LONDON, Sept 28 (Reuters) - The conduct of U.S. troops in Iraq, including increasing detention and accidental shootings of journalists, is preventing full coverage of the war reaching the American public, Reuters said on Wednesday.
In a letter to Virginia Republican Sen. John Warner, head of the Senate Armed Services Committee, Reuters said U.S. forces were limiting the ability of independent journalists to operate. The letter from Reuters Global Managing Editor David Schlesinger called on Warner to raise widespread media concerns about the conduct of U.S. troops with Defense Secretary Donald Rumsfeld, who is due to testify to the committee on Thursday.
Schlesinger referred to “a long parade of disturbing incidents whereby professional journalists have been killed, wrongfully detained, and/or illegally abused by U.S. forces in Iraq.”
He urged Warner to demand that Rumsfeld resolve these issues “in a way that best balances the legitimate security interests of the U.S. forces in Iraq and the equally legitimate rights of journalists in conflict zones under international law”.
At least 66 journalists and media workers, most of them Iraqis, have been killed in the Iraq conflict since March 2003.
U.S. forces acknowledge killing three Reuters journalists, most recently soundman Waleed Khaled who was shot by American soldiers on Aug. 28 while on assignment in Baghdad. But the military say the soldiers were justified in opening fire.
Reuters believes a fourth journalist working for the agency, who died in Ramadi last year, was killed by a U.S. sniper. “The worsening situation for professional journalists in Iraq directly limits journalists’ abilities to do their jobs and, more importantly, creates a serious chilling effect on the media overall,” Schlesinger wrote.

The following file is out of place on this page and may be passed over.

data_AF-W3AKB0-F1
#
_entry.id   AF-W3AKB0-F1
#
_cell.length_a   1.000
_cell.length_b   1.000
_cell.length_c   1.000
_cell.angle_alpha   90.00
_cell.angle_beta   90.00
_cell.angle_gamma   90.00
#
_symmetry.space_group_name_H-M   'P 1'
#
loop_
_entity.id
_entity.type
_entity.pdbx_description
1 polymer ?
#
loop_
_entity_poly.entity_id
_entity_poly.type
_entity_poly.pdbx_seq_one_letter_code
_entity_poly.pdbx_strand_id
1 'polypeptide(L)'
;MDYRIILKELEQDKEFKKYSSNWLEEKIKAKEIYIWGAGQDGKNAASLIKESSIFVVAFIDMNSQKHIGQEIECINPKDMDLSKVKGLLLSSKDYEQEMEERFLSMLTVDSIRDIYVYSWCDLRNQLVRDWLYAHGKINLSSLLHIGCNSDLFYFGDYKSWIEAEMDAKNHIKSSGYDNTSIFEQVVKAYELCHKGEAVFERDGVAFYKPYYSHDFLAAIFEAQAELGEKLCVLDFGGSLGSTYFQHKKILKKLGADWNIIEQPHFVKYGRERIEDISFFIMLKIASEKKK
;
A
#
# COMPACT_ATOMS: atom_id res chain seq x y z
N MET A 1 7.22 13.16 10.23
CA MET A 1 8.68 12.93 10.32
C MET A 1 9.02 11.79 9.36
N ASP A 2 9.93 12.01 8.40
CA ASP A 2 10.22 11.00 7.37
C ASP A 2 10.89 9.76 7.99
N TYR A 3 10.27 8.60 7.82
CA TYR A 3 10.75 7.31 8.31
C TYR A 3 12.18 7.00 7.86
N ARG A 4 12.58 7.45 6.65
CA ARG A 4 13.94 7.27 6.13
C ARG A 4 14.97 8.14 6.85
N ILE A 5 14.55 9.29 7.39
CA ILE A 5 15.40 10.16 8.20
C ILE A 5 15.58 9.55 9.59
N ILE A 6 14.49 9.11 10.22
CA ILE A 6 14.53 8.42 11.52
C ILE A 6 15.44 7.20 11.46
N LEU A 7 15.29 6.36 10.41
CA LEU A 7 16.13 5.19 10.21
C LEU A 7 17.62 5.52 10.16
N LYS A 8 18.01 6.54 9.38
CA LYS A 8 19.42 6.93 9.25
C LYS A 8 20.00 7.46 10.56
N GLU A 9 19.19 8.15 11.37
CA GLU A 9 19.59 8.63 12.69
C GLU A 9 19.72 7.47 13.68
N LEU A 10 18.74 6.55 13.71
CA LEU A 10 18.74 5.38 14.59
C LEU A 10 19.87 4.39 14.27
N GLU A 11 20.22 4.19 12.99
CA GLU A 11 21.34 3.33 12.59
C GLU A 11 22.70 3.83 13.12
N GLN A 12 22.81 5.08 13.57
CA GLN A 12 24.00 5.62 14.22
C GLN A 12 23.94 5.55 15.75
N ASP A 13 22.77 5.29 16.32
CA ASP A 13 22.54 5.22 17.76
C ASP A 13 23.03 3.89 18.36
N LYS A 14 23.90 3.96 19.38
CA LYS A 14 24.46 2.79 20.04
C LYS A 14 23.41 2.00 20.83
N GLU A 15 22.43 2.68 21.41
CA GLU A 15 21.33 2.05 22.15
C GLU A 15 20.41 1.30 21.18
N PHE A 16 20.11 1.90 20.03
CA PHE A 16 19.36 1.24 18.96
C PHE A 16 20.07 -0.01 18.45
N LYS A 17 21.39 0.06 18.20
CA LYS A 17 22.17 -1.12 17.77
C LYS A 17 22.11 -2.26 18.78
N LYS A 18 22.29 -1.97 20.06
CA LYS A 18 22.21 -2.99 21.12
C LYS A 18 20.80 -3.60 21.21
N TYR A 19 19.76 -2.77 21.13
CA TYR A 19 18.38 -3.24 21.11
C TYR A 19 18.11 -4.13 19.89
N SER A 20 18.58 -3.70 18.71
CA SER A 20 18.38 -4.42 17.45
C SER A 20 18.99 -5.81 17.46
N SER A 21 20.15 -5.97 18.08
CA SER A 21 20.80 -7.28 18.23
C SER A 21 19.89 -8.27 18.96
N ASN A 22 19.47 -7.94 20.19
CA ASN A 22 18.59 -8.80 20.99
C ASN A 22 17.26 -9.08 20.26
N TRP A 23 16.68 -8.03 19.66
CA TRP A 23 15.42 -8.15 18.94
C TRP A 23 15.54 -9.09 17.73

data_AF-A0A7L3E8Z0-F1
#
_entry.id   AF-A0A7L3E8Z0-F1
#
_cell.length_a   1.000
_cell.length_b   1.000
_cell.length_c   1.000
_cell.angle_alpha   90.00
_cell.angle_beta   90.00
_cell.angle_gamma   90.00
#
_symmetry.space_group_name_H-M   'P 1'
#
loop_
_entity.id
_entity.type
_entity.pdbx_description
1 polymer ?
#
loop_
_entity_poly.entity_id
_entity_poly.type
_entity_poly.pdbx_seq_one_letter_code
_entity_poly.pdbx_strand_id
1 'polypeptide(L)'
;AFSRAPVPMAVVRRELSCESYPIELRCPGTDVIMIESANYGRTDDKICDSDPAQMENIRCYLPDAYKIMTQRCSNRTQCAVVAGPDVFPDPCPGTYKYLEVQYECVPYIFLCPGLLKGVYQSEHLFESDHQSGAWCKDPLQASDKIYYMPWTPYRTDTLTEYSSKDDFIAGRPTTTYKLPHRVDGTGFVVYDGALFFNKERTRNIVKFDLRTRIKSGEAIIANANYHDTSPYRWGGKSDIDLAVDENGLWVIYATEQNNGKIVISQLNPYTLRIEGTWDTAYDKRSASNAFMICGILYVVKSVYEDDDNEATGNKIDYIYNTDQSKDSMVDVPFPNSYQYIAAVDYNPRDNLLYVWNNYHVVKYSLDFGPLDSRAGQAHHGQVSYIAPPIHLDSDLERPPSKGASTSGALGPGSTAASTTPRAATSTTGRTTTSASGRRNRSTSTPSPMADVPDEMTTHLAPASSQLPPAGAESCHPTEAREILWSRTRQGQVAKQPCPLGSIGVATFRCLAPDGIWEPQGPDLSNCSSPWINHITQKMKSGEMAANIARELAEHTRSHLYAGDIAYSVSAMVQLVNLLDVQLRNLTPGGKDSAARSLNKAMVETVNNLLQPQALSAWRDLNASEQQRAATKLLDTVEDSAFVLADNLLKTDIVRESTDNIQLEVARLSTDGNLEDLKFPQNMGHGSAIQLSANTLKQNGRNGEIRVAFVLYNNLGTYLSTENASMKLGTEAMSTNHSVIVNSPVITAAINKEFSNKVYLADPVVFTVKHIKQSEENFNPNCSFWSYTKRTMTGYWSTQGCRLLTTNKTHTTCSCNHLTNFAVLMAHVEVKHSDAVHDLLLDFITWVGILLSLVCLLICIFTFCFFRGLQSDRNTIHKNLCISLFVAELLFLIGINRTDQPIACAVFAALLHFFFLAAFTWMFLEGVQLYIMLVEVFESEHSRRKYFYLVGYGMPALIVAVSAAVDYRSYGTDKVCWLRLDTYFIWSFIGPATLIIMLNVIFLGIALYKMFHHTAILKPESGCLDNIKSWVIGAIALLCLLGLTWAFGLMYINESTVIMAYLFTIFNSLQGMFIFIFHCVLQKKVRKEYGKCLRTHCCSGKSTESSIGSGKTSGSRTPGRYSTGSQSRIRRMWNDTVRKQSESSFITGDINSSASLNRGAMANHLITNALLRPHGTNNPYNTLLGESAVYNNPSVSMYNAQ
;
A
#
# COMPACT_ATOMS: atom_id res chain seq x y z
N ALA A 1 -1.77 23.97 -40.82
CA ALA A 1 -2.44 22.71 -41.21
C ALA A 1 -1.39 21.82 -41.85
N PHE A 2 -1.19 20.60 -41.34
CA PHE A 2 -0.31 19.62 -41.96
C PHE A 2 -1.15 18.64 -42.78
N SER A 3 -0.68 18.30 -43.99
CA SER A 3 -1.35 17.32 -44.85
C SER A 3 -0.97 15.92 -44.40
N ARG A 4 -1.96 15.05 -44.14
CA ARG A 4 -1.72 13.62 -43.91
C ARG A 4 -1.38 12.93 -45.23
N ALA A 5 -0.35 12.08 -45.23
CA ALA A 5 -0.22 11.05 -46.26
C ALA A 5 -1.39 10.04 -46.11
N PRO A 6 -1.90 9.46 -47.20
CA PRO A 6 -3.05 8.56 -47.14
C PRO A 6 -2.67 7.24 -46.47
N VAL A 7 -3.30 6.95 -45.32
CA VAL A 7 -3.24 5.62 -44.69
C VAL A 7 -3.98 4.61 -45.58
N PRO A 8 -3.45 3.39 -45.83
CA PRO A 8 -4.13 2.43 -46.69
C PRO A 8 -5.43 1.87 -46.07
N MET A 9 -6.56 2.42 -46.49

“By limiting the ability of the media to fully and independently cover the events in Iraq, the U.S. forces are unduly preventing U.S. citizens from receiving information…and undermining the very freedoms the U.S. says it is seeking to foster every day that it commits U.S. lives and U.S. dollars,” the letter said.
“SPIRALING OUT OF CONTROL”
Schlesinger said the U.S. military had refused to conduct independent and transparent investigations into the deaths of the Reuters journalists, relying instead on inquiries by officers from the units responsible, who had exonerated their soldiers.
The U.S. military had failed even to implement recommendations by its own inquiry into one of the deaths, that of award-winning Palestinian cameraman Mazen Dana who was shot dead while filming outside Abu Ghraib prison in August 2003. Schlesinger said Reuters and other reputable international news organisations were concerned by the “sizeable and rapidly increasing number of journalists detained by U.S. forces”.
He said most of these detentions had been prompted by legitimate journalistic activity such as possessing photographs and video of insurgents, whichU.S. soldiers assumed showed sympathy with the insurgency.
In most cases the journalists were held for long periods at Abu Ghraib or Camp Bucca prisons before being released without charge.
At least four journalists working for international media are currently being held without charge or legal representation in Iraq. They include two cameramen working for Reuters and a freelance reporter who sometimes works for the agency.